The moment has arrived. My little baby has sprouted wings and is ready to leave the nest at least for a few hours a day. I am looking to find a preschool this fall that’s right for my baby (well not baby anymore), one that will make his days pleasurable, enjoyable with a nurturing and stimulating environment that I can get a peace of mind when I drop him and leave him. I know there are all these labels (Jean Piagét, Rudolf Steiner, or Maria Montessori) on preschools but I wonder what they really mean. So this is what I am looking for in short;
Where my child will be allowed to make choices about what he learns; Where a large part of the activities are directed by my child; My child’s social and emotional growth and developing values will be taken seriously; A pleasing environment, fun activities, and great attitude from the teachers (joyful & warm); Where I can be involved and is opened to parents and their ideas..I sound like a NEEDY Parent!.
So after reading this “According to the U.S. Department of Education, preschool plays a large role in later academic success. Children in high quality preschools display better language, cognitive, and social skills than children who attended low quality programs.” I decided to pull up my socks in the search and really get ontop of it.
Danielle wood (www.education.com) gives the following tips on what to consider when choosing a preschool;
- Credentials. Make sure the schools you are considering employ teachers that have earned early childhood education degrees. Ask if the school itself is accredited. For more information, go to www.naeyc.org, the website for the National Association for the Education of Young Children.
- Hours. There’s a difference between day care and preschool. Day care often offers more hours for kids of working parents, in a less scheduled environment. Preschool programs tend to be shorter, and more structured. Decide your needs and look for a program that correlates.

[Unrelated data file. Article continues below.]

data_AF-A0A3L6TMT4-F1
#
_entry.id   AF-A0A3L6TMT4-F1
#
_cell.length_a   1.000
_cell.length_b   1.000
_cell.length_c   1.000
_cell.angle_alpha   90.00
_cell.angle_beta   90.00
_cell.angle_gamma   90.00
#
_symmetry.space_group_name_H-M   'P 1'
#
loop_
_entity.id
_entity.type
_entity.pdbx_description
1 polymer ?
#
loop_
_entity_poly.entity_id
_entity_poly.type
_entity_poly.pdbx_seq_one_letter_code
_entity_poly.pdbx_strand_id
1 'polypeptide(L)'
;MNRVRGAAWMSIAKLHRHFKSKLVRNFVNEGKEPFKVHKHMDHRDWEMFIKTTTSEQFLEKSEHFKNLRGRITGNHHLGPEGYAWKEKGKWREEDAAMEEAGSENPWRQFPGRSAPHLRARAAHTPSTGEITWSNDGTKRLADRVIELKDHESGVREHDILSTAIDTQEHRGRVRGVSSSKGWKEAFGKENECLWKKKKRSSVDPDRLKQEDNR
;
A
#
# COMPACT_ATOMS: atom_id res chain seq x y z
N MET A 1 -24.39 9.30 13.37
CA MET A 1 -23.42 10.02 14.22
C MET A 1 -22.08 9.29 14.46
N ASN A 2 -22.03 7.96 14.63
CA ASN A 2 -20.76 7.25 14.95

- Discipline. Ask how the school deals with behavior such as hitting or biting. Ask how they deal with conflict – do they believe children should work things out themselves? Do they believe in “time outs”? It’s important that you agree with a school’s disciplinary approach and trust their judgment – small children have a hard time with mixed messages.
- Nutrition. One of the great things about preschool is that children are positively influenced by their peers – they may not touch fruit at home, but if everyone else is eating apples, they might be coerced to try them. Of course, they may also be negatively influenced. Does the school provide lunch and/or snacks or will you pack them from home? If they supply the goods, ask what they serve. Pretzels and cheese cubes, or cookies and milk? Don’t choose a school with a teacher who loves to bake if you don’t want your kids eating sweets. If your child has food allergies, make sure they can ensure their safety.
- Look at the Art. A picture is worth a thousand words, so look at what’s hanging on the walls. Does everything look the same? Is all the crayon within the lines? Some schools emphasize facts: “Trees are green.” Others encourage imagination: “Interesting. I’ve never seen a baby growing on a tree before!”
- Visiting. Does the school have an open door policy? Can parents visit at any time, or are there set days for observation?
- Safety. How does the school ensure student safety? How do they keep track of pickups at the end of the day?
- Philosophy. More brain development occurs in the first five years of life than at any point thereafter. Educators have different views and approaches, even as early as the preschool years. Some schools are completely “play based,” others have kids as young as three or four tracing numbers and letters to prepare them for kindergarten. It all comes down to learning style.
So I will keep looking with all these good information in hand.
Have you found a preschool? Any more tips? What did you like most in your childs preschool?